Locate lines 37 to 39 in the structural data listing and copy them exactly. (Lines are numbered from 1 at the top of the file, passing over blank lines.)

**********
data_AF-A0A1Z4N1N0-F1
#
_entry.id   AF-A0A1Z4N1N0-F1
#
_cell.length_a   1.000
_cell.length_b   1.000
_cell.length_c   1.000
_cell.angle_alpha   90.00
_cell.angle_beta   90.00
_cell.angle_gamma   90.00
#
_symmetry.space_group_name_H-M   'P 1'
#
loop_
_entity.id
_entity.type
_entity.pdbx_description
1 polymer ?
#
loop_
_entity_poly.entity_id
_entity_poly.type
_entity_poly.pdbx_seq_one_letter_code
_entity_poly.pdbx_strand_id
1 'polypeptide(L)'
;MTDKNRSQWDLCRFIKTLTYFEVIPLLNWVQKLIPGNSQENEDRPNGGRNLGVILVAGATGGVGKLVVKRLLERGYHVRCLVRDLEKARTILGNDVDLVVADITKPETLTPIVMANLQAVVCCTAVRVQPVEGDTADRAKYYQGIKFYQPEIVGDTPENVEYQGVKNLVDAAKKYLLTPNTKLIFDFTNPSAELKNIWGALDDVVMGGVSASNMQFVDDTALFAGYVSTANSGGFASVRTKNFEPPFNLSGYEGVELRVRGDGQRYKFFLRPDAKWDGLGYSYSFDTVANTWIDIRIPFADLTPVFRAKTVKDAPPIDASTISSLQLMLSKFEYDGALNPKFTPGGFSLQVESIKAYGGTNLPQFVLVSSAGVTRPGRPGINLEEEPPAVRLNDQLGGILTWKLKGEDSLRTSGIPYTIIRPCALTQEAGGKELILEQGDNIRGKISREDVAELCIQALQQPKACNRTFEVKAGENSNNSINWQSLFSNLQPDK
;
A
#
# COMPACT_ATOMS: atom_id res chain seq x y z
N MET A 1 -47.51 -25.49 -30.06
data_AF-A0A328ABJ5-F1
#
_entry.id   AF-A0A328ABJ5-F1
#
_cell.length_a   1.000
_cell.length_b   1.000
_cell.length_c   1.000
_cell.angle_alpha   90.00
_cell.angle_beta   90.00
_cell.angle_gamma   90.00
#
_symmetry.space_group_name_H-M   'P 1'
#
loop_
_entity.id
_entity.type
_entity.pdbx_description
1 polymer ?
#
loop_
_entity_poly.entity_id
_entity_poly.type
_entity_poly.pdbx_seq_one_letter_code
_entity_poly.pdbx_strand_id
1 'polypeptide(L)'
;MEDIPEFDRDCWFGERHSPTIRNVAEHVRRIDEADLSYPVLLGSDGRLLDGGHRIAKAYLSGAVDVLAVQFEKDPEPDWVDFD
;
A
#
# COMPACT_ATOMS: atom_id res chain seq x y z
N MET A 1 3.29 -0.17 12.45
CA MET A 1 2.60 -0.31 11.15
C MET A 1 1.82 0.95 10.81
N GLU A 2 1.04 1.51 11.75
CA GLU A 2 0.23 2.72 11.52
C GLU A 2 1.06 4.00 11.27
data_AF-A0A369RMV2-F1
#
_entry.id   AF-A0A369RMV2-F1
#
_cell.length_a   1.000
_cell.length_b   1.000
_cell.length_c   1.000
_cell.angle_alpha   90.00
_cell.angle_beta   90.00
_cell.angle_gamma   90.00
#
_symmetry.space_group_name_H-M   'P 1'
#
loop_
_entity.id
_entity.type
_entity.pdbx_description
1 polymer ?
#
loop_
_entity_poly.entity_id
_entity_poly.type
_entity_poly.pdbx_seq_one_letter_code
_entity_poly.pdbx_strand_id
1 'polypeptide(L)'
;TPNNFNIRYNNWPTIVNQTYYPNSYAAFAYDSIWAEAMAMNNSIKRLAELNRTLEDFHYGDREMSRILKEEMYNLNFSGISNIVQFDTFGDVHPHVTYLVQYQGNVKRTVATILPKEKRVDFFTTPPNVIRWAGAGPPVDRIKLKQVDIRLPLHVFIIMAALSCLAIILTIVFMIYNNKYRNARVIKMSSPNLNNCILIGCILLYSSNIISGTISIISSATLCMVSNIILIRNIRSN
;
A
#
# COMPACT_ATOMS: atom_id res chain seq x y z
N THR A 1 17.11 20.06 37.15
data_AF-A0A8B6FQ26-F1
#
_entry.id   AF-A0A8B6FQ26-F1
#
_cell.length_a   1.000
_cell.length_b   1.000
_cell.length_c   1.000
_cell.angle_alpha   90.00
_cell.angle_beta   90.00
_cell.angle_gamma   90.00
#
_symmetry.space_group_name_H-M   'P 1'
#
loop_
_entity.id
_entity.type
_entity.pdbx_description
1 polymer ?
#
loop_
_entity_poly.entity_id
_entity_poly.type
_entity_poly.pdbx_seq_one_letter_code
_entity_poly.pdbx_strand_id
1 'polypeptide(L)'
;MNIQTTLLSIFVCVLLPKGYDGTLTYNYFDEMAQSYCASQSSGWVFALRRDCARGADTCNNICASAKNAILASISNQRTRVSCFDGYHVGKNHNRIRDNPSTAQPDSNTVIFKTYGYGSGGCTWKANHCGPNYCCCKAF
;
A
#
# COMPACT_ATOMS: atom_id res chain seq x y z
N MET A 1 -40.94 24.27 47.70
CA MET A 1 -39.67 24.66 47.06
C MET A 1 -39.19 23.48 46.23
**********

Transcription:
_cell.length_b   1.000
_cell.length_c   1.000
_cell.angle_alpha   90.00